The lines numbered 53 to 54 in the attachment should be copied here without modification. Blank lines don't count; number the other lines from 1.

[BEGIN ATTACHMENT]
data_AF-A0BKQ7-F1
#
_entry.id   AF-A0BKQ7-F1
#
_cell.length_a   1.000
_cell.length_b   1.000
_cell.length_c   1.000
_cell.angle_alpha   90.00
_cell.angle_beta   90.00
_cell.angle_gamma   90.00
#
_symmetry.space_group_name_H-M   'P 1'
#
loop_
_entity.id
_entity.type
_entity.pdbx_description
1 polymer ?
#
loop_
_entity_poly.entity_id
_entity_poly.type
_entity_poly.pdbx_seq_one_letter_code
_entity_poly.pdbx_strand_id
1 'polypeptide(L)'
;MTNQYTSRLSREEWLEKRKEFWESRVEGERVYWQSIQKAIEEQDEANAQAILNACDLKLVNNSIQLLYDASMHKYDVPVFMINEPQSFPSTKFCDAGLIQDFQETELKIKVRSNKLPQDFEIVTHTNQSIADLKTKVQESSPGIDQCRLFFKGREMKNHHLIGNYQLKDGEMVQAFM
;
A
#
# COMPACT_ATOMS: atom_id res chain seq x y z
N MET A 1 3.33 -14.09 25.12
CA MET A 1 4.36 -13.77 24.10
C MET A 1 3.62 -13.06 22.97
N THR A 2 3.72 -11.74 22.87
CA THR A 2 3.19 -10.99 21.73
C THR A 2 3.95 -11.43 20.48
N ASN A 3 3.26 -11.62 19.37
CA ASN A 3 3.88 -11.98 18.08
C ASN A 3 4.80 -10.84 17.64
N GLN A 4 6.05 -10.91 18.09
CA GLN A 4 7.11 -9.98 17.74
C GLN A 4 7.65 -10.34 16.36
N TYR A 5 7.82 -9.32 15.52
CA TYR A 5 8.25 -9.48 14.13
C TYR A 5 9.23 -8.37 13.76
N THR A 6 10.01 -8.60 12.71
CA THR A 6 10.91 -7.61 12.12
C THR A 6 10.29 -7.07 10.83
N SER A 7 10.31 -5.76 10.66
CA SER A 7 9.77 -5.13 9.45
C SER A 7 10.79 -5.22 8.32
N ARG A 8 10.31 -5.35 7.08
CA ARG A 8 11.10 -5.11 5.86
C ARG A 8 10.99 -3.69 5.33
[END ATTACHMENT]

CA ARG A 8 11.10 -5.11 5.86
C ARG A 8 10.99 -3.69 5.33